optomap Aids Eyecare Professionals in Early Detection, Monitoring and Management of Diabetic Eye Disease

November is recognized as American Diabetes Month and Diabetic Eye Disease Awareness Month.  Diabetic Eye Disease Awareness Month aims to increase awareness of diabetes and diabetic eye disease and encourage people with diabetes to seek treatment for related vision problems.   According to Prevent Blindness America, Diabetes is now the leading cause of new cases of blindness in adults, and all people with diabetes are at risk for vision loss and blindness.

Diabetic eye disease refers to a group of eye problems that diabetic persons may face as a complication of this disease including:
Diabetic retinopathy
– A leading cause of blindness in American adults, it is caused by damage to the small blood vessels of the retina – the seeing layer of the eye.
Diabetic macular edema (DME)
 – A complication of diabetes caused by leaking blood vessels, which leads to fluid accumulation in the macula, the center of the retina used for central vision. DME can cause central vision to become blurry.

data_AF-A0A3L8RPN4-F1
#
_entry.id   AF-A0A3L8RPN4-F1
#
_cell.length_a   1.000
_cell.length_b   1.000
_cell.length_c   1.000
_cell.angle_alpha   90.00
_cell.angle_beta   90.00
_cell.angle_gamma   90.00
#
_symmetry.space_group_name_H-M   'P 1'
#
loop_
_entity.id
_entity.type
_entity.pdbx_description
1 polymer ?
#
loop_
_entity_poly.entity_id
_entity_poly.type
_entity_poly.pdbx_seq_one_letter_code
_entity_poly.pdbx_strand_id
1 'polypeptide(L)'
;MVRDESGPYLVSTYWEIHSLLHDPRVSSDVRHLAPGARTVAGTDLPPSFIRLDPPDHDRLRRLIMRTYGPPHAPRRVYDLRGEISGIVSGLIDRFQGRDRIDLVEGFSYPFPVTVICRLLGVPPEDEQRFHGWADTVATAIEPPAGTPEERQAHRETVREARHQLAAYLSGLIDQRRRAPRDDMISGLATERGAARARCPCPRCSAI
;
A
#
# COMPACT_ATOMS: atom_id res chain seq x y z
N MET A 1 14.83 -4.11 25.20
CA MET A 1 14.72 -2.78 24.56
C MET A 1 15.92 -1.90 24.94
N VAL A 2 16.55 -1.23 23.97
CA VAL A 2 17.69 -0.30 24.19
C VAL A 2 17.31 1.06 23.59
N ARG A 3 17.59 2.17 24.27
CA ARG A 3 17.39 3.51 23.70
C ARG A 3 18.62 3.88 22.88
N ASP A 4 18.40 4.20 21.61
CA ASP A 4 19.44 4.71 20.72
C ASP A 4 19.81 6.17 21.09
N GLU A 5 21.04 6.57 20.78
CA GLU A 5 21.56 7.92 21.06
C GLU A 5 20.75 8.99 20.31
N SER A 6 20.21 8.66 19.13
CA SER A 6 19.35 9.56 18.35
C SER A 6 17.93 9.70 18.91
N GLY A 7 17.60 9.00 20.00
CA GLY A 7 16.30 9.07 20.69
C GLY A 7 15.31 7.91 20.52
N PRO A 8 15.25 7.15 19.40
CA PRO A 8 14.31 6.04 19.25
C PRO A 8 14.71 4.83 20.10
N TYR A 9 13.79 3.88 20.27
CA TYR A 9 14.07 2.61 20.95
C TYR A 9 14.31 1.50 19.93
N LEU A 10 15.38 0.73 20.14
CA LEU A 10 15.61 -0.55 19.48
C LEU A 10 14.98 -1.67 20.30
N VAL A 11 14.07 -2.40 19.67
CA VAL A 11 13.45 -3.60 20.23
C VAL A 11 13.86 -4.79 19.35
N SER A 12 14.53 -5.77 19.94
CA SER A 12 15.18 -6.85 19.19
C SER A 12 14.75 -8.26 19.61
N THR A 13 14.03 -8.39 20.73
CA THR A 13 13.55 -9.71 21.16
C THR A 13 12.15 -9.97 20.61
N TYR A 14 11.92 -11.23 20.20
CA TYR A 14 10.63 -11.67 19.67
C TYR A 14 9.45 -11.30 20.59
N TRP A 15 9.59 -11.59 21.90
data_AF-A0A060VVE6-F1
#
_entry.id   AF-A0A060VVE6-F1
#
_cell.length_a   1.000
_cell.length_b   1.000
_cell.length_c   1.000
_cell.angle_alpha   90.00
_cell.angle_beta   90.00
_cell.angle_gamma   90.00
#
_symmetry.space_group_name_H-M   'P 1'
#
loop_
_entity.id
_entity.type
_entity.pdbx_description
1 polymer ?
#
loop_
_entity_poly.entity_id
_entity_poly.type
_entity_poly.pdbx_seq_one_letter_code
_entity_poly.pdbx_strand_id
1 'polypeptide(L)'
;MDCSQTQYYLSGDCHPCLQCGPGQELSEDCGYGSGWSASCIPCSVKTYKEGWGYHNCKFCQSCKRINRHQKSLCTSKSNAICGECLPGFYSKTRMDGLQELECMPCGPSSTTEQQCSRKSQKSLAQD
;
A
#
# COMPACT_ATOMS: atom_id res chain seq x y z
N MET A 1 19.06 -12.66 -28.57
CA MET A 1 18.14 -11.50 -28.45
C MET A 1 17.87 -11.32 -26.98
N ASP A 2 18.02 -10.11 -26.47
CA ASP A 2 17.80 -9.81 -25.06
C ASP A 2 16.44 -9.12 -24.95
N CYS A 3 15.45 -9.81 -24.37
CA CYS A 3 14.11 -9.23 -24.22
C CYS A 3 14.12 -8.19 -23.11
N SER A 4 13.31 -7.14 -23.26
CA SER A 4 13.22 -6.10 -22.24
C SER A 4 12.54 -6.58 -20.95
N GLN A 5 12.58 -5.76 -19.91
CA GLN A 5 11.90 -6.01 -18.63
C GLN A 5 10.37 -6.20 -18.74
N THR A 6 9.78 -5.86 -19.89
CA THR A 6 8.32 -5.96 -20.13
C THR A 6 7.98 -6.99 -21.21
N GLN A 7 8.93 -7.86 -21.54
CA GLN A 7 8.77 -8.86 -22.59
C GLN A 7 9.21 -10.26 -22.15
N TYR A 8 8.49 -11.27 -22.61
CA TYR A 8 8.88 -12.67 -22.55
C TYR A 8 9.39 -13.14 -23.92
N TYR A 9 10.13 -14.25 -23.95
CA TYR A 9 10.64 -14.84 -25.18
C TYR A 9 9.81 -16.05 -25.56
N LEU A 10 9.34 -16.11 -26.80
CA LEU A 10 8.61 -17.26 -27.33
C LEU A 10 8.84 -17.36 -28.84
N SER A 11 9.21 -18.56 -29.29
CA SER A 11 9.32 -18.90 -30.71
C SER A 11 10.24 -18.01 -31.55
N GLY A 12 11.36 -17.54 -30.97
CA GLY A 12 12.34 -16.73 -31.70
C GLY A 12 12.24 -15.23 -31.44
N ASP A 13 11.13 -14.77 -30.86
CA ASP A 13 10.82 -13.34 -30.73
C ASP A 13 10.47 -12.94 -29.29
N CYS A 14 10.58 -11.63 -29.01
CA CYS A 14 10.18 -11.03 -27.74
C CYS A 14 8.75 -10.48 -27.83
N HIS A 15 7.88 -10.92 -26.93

Cataract
– The clouding of the lens in the eye, which blocks or changes the passage of light into the eye. Cataracts can cause vision to become blurry.
Glaucoma
 – Optic nerve damage and possible loss of side vision, usually caused by increase in fluid pressure inside the eye.

Today, 3.6 million Americans age 40 and older suffer from Diabetic Retinopathy (DR), DR in its early stages has no symptoms as it begins to damage the small blood vessels in the retina, causing them to leak fluid and blood. As the disease progresses, blood vessels become blocked and they may rupture, or new vessels will grow on the retina, leading to vision loss. Treatments are available to help prevent and manage long term effects of the disease but are most effective when detected early.

 

David Brown, MD on UWF retinal imaging and its aid to advance the detection and management of diabetic retinopathy